0

0

So, let's say there's a cluster node, with 4 CPU cores.

It's running two pods. Each pod sets the CPU requirement at: 500m, but the CPU limit at 4000m.

running kubectl describe node tells me CPU limit is at 8 (200%)

I understand it claims 200% because I have two pods, each setting its CPU limit at 4 CPU cores.

Is that just semantics or is there a potential issue? I mean, if both pods need to burst to 3 CPU cores (below each one's limit) it would not be physically possible, and they'd have to settle with less.

Is there a potential issue with the sum of all pod limits, exceeding their host node CPU capability? or is just an indication of what's been asked as CPU limit, knowing it may not be able to serve that -- after all, pods may not be aware of each other being in the same node.

2

Yes, the limit is 200% of that node's CPUs. Yes, this is overcommmited, you have 4 CPUs not 8.

CPU is easy to throttle, the scheduler gives you less time slices. From a Google post on resource requests and limits:

What if you have a Node where the sum of all the container Limits is actually higher than the resources available on the machine?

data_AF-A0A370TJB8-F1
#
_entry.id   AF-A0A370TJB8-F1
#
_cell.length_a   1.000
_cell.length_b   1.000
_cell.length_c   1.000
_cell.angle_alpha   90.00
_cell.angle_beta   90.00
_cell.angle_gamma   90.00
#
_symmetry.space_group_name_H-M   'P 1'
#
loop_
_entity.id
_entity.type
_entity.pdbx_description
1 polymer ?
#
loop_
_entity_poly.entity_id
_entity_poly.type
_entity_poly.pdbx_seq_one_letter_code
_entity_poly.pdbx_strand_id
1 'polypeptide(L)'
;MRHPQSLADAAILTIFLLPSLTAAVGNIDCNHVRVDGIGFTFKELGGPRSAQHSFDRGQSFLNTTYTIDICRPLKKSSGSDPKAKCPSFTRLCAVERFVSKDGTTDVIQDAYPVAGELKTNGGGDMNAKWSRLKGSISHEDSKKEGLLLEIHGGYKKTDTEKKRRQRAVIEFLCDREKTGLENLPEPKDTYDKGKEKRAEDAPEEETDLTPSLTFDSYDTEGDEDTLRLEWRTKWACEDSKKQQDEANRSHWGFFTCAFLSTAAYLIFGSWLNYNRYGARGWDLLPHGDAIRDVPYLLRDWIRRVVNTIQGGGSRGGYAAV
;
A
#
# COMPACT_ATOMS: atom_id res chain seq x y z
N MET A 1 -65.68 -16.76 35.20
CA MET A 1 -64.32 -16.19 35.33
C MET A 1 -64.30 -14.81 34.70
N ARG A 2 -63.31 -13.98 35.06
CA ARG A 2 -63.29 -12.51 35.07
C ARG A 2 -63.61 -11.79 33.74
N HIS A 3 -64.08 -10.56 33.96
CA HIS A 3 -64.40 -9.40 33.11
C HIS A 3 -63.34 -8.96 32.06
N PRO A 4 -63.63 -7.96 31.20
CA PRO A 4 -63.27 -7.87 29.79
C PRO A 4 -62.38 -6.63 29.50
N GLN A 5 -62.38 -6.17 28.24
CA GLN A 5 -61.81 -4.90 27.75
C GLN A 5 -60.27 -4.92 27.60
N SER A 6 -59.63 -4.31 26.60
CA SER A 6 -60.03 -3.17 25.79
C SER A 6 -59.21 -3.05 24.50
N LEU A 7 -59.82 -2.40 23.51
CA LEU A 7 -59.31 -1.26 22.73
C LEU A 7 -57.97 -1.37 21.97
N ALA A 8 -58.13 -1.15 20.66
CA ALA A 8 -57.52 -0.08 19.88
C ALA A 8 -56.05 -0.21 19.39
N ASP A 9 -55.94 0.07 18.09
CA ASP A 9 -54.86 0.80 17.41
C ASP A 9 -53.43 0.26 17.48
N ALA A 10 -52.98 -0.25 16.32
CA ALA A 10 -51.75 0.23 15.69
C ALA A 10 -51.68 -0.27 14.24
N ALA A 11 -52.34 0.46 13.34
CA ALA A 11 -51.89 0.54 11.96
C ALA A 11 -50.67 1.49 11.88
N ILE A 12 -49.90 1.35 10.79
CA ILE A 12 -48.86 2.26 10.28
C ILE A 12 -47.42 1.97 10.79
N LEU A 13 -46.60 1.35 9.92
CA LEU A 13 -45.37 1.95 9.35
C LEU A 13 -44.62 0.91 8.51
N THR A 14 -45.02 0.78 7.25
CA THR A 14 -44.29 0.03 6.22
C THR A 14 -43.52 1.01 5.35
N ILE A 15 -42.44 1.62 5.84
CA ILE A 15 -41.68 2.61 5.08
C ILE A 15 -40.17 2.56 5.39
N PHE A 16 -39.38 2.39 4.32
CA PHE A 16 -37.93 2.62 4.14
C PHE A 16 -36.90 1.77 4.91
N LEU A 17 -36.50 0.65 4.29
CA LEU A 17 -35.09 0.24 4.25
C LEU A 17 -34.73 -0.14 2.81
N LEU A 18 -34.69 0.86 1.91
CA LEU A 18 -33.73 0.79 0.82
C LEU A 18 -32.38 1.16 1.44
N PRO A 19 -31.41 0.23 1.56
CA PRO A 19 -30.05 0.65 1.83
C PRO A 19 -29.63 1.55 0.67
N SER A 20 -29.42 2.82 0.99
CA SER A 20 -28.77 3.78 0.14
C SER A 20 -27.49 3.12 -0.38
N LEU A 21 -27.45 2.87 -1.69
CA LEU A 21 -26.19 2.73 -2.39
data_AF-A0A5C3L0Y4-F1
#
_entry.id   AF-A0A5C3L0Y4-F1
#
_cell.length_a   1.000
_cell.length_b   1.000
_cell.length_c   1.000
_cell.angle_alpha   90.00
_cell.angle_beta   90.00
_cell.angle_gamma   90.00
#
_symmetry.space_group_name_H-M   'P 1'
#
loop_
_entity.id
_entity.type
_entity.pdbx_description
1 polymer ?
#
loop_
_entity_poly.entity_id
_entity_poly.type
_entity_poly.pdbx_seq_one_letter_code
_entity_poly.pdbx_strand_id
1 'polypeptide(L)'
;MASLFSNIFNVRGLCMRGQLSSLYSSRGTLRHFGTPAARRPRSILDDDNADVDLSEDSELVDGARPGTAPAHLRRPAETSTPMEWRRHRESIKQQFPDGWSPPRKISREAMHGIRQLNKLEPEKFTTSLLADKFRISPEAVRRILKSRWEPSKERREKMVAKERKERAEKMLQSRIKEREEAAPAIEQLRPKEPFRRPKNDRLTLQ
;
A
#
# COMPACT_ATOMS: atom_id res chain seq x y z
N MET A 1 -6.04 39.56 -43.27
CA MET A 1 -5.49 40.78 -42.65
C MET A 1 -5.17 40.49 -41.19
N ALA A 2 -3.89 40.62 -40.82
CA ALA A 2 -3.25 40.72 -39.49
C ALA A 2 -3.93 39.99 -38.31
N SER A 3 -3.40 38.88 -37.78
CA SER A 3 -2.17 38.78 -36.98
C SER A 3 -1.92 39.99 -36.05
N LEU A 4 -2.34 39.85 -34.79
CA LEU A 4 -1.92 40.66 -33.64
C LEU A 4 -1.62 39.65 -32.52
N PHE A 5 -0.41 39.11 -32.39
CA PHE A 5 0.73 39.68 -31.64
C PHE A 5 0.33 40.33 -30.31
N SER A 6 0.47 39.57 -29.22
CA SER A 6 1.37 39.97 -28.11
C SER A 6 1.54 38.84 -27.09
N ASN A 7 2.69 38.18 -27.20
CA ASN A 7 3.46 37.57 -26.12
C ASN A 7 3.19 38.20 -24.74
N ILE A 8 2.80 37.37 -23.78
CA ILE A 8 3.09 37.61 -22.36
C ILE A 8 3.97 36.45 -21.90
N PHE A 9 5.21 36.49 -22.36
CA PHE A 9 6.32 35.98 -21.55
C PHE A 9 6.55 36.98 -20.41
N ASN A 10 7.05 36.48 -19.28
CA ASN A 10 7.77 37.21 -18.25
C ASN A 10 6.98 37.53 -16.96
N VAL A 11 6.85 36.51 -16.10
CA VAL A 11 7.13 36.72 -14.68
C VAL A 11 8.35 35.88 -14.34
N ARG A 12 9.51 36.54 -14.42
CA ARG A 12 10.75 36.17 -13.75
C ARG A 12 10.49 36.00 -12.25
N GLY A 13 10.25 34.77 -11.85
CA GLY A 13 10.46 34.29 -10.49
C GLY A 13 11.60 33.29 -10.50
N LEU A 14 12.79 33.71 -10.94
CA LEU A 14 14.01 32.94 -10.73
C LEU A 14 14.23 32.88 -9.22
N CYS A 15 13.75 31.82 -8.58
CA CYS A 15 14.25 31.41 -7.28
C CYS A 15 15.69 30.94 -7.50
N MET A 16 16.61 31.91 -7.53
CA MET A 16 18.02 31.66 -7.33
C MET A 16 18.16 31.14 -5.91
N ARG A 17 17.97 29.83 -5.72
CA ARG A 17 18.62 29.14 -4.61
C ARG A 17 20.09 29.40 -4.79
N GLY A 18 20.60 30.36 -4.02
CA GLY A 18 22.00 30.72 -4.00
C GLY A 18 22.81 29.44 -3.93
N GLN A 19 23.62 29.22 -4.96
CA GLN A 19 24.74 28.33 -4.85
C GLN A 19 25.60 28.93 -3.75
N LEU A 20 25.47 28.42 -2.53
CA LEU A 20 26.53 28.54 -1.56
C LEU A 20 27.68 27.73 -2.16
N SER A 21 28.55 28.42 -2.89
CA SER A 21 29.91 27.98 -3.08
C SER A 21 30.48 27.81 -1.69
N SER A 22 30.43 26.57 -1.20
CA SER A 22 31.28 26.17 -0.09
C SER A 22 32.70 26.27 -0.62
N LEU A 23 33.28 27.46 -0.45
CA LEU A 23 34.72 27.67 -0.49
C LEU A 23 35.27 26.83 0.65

At this point, Kubernetes goes into something called an “overcommitted state.” Here is where things get interesting. Because CPU can be compressed, Kubernetes will make sure your containers get the CPU they requested and will throttle the rest. Memory cannot be compressed, so Kubernetes needs to start making decisions on what containers to terminate if the Node runs out of memory.

This is a performance and capacity planning problem. A pod with a request of 500m but a limit of 4000m can burst to 8x its minimum to schedule. That could be a significant deviation in performance, depending on resource availability. If this is bad is conditional on if you want predictable performance or opportunistic use of capacity.

Not necessary for pods to be aware of what is to be scheduled on a node for this to affect capacity planning.

  • For a truly single threaded container, there no point in a limit above 1000m.
  • Limits of 4000m, when real consumption is 1200m, is greedy.

In aggregate, driving the oversubscription ratio up tends to make it more difficult to right-size the cluster and have predicable performance. Perhaps it becomes hard to tell whether doubling your nodes would improve performance, versus whether someone thought more was better without evidence.

| improve this answer | |
  • Those are good points, thanks (especially single-threaded container by definition not using more than one CPU anyway) – JasonGenX Feb 13 at 14:45

Your Answer

By clicking “Post Your Answer”, you agree to our terms of service, privacy policy and cookie policy

Not the answer you're looking for? Browse other questions tagged or ask your own question.